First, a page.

A sense of peace crept over her. She relaxed, opening her eyes. The sun had edged up over the eastern horizon and the morning star had faded from view. She was getting wearily to her feet when she saw Lucas coming from the large shed where the Borstads kept their animals, carrying a bucket of fresh milk. Milk! Her mouth watered, and her stomach gave an embarrassingly loud gurgle of hunger. Her cheeks flamed but Lucas did not seem to have heard. As she rose to her feet, he came closer and set the pail down, and began fishing for something in one of his coat pockets. 

“Fellow just brought me a note from Doc,” he said. “He wants me to take you back to town. I’ll pick him up later over in Weston.” 

Sadie shot him a dismayed look. “What about the Borstads? We can’t just leave them. They’re a lot better, but they are still too sick to take care of themselves.” 

“Doc’s note said he found a neighbor who’ll come help out today. And Doc and I’ll stop in again on our way back from Weston.” He handed over the folded slip of paper and she took it automatically.

“And what about you? When are you going to get some sleep?” Lucas had been up as long as she had. Like her, he had worked the whole day and night through. He must be as exhausted as she was. Now he had to spend all day today driving her and Doc around. 

He grinned. “Don’t worry. The horse knows the way home. He doesn’t need me to steer. I can nap while I drive.” 

But it was Sadie who fell asleep on the drive back to Harmony Creek. She woke up with a start when the buggy stopped rocking and jolting and found herself leaning against something solid. A warm weight around her shoulders held her steady. For a moment she stayed where she was, a little befuddled. She felt so safe and warm, so relaxed. Then, the support around her body lifted away and she realized John’s arm had been around her and she had been leaning on his chest while she slept. She sat up with a gasp and looked around. The buggy stood in their own yard, between their house and the stable behind. Why, they had come all the way home! Had she been leaning on him the whole time? And had his arm been around her all that way?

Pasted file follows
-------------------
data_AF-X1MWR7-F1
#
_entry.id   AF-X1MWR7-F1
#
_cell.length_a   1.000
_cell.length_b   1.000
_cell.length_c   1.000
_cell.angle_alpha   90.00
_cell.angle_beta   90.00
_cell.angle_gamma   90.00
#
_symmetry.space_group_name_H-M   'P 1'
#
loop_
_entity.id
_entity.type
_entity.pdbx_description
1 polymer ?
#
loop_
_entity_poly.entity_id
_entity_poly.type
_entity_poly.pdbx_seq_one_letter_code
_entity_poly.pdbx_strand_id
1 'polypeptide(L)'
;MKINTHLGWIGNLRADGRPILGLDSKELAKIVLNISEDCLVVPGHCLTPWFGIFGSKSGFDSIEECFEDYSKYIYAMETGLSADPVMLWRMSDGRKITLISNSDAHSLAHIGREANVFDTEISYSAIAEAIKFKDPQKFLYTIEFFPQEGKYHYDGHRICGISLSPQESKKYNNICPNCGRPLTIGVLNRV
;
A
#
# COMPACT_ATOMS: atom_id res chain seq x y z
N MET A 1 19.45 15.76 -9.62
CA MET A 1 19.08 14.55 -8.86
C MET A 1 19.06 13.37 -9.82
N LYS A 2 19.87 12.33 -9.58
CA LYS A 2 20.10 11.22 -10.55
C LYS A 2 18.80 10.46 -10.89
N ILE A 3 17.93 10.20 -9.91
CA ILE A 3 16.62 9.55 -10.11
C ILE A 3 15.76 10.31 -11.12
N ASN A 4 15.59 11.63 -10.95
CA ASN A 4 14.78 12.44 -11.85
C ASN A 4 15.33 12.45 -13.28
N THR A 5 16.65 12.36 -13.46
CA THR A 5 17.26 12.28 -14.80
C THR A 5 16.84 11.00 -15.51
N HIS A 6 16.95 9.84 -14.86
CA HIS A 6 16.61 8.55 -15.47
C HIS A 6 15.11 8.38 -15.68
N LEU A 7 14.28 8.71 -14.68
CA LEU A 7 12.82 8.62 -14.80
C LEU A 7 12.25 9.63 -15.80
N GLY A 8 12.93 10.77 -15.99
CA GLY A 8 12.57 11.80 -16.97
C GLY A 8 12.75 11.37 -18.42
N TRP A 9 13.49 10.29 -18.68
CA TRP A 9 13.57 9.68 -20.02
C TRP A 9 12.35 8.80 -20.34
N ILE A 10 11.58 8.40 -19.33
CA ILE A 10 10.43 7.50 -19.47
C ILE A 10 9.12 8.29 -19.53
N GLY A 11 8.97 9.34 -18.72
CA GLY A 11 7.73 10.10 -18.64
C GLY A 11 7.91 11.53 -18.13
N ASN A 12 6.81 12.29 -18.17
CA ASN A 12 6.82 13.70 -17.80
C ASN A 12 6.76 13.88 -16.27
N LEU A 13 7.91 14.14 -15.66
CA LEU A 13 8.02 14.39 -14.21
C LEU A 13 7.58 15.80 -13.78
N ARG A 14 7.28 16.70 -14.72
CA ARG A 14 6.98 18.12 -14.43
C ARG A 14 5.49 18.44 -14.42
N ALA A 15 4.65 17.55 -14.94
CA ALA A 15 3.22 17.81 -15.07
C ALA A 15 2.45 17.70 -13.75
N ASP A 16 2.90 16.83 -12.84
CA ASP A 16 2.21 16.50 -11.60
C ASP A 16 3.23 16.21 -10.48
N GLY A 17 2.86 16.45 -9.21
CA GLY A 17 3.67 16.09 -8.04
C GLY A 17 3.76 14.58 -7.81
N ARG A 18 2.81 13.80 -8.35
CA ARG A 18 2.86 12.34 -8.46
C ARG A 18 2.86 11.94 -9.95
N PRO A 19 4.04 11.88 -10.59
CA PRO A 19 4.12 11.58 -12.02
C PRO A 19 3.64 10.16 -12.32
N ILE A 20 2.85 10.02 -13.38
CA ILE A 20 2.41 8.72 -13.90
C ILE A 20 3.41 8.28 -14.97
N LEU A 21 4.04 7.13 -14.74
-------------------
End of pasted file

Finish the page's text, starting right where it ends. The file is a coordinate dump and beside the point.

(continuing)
A wave of heat came over her face. Quickly she edged away from him. “Oh my goodness! Why didn’t you wake me?”

He smiled. “Didn’t have the heart. You were sleeping so peaceful.” 

She’d never noticed before how his eyes crinkled at the corners when he smiled. And why was she noticing it now? Her blush deepened. “Did I sleep all the way home?” 

“Just about.” He was still smiling. Now she saw how nice and straight his teeth were, and how the rising sun caught colorfully in his morning beard. He was looking at her too, and he suddenly stopped smiling, though his eyes were soft. He put up a hand to gently brush away some of her hair which had come down from its bun and was strewn across the front of his coat.  

Sadie couldn’t breathe for a moment. Maybe she’d forgotten how. 

Then the horse looked back at them and snorted. He was clearly asking why the humans were taking so long to unharness him when he was hungry and wanted his oats. He tossed his head, making the harness jangle, and stomped his feet. 

“All right, all right, old Prince. Hold your oats. I’m coming.” Lucas shot Sadie a shy grin, looped the reins around the whip, and climbed down out of the buggy. 

Before he could come around to help her, as he clearly intended to do, Sadie scrambled down by herself and practically leapt into the yard in her eagerness to get away from this embarrassing situation. She ran straight into the house, not looking back. 

(To be continued…)

Read Chapter 1 of The Wishing Star

Read Chapter 3 of The Wishing Star